It is rare, but some people develop a severe form of pregnancy sickness called ‘hyperemesis gravidarum’. This can be serious. Due to being consistently sick there’s a chance you may not get enough fluids in your body or not get enough nutrients from your diet. You may need specialist treatment and extra care, sometimes in hospital.

Skin and Hair Changes

Hormonal changes taking place during your pregnancy can cause your skin to darken in various places over your body, including your nipples. Any birthmarks or freckles may also darken in colour. During the latter part of pregnancy, a dark line running down the middle of your growing belly can appear. All changes will eventually fade after your baby is born.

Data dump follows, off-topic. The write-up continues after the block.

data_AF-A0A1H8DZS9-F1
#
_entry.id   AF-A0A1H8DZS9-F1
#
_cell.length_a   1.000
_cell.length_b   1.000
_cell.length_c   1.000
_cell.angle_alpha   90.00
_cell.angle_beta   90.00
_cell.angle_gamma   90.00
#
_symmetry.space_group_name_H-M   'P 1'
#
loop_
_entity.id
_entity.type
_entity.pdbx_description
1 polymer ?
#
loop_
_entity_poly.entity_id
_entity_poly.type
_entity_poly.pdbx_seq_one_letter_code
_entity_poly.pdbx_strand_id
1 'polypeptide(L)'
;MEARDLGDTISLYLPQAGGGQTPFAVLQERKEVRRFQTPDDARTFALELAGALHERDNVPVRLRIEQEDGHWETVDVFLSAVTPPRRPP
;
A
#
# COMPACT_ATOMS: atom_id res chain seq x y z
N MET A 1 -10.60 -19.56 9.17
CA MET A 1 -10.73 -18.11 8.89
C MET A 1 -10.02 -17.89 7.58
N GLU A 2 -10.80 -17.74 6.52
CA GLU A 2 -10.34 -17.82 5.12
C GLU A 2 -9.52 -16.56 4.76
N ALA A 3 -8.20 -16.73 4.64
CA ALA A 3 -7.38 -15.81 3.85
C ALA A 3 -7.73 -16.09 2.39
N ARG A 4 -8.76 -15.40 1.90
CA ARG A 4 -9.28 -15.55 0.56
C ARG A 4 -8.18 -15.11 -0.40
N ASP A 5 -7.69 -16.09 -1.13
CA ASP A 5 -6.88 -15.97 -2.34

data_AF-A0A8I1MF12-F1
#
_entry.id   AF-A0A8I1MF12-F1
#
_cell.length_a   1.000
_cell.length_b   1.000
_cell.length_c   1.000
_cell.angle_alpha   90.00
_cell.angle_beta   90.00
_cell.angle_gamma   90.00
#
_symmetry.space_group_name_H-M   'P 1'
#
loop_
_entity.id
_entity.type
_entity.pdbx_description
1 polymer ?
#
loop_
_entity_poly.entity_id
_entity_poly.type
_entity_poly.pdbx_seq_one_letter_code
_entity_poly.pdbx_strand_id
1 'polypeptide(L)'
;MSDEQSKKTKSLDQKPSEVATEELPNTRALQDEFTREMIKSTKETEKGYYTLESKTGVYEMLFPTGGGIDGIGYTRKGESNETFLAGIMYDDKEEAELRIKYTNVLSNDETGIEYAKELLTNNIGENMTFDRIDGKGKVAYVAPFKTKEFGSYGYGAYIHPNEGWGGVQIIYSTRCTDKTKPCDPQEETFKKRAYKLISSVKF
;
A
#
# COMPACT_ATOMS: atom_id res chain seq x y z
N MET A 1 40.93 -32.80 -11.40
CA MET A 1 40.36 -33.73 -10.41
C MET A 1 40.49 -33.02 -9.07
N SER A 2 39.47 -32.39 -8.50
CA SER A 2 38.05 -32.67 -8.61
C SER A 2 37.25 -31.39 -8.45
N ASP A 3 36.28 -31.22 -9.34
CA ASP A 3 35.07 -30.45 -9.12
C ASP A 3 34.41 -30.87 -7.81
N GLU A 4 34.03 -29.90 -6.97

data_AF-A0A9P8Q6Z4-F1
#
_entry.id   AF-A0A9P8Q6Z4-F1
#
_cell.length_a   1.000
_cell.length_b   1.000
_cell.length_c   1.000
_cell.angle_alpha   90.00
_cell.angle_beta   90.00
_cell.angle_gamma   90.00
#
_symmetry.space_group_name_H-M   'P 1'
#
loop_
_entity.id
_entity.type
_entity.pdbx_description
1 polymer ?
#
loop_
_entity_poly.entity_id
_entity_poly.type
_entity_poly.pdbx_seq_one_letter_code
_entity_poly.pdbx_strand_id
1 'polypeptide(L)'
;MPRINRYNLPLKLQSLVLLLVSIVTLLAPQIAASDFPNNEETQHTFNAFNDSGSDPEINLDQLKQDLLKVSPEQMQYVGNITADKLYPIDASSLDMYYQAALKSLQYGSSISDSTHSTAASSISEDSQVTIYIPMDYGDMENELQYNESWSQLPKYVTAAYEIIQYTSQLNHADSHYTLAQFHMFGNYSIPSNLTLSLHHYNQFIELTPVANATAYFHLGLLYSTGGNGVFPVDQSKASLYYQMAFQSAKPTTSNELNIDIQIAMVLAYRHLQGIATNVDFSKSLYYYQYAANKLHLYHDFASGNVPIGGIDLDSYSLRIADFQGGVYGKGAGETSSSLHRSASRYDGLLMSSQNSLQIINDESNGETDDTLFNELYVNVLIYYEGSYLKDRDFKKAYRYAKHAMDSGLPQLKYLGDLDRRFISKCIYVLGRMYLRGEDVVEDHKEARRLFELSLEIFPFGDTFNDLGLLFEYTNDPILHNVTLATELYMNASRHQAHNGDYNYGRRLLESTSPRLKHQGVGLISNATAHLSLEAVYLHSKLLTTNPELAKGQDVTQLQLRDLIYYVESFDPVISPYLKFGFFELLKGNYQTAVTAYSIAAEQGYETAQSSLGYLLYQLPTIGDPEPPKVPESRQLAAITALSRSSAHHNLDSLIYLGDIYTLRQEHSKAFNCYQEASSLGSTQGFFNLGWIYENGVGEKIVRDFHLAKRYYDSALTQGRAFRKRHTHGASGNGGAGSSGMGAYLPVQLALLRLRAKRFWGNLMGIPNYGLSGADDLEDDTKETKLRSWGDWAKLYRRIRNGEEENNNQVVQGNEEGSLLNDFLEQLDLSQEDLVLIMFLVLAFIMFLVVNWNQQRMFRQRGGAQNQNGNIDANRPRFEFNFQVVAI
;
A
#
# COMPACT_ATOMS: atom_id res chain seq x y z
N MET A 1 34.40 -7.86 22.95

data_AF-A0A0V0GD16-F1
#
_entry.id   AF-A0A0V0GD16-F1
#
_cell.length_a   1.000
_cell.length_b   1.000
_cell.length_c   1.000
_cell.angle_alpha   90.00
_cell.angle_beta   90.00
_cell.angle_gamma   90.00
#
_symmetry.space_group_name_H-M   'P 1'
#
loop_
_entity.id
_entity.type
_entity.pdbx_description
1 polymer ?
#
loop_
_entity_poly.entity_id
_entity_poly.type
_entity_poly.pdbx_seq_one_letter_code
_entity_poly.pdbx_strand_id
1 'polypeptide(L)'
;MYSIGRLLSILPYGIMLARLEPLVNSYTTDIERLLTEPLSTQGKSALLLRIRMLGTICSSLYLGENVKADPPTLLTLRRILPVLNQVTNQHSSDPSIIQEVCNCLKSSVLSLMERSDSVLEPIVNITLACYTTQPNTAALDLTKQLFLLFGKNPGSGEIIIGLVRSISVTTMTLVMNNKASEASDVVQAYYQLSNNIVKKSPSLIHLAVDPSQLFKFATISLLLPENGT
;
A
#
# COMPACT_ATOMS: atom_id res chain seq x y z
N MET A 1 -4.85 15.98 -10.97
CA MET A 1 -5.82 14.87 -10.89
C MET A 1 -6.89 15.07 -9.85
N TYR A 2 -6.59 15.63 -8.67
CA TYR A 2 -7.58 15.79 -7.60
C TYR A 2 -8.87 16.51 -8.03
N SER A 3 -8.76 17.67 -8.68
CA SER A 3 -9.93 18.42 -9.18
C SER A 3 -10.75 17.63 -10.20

Did you know that during pregnancy you grow more hair? It may also feel different in texture and become greasier more quickly than usual. After your baby has been born, you may lose a lot of hair; this is nothing to worry about and you are just losing the extra hair you grew throughout your pregnancy. 

Due to changes occurring throughout the body during pregnancy, some people find that their skin is less tolerant to sun exposure, and they burn more easily than before. It’s important to protect the skin with a high-factor sunscreen and to seek shade whenever possible.

Varicose Veins

Varicose veins are swollen veins, most commonly affecting the legs. They can be uncomfortable but there are not harmful. Some women and birthing people develop varicose veins around the vaginal opening. Again, this is nothing to worry about and will improve once giving birth. There are lots of ways to manage the symptom but if you are concerned or need further guidance, talk to your midwife.

Avoid standing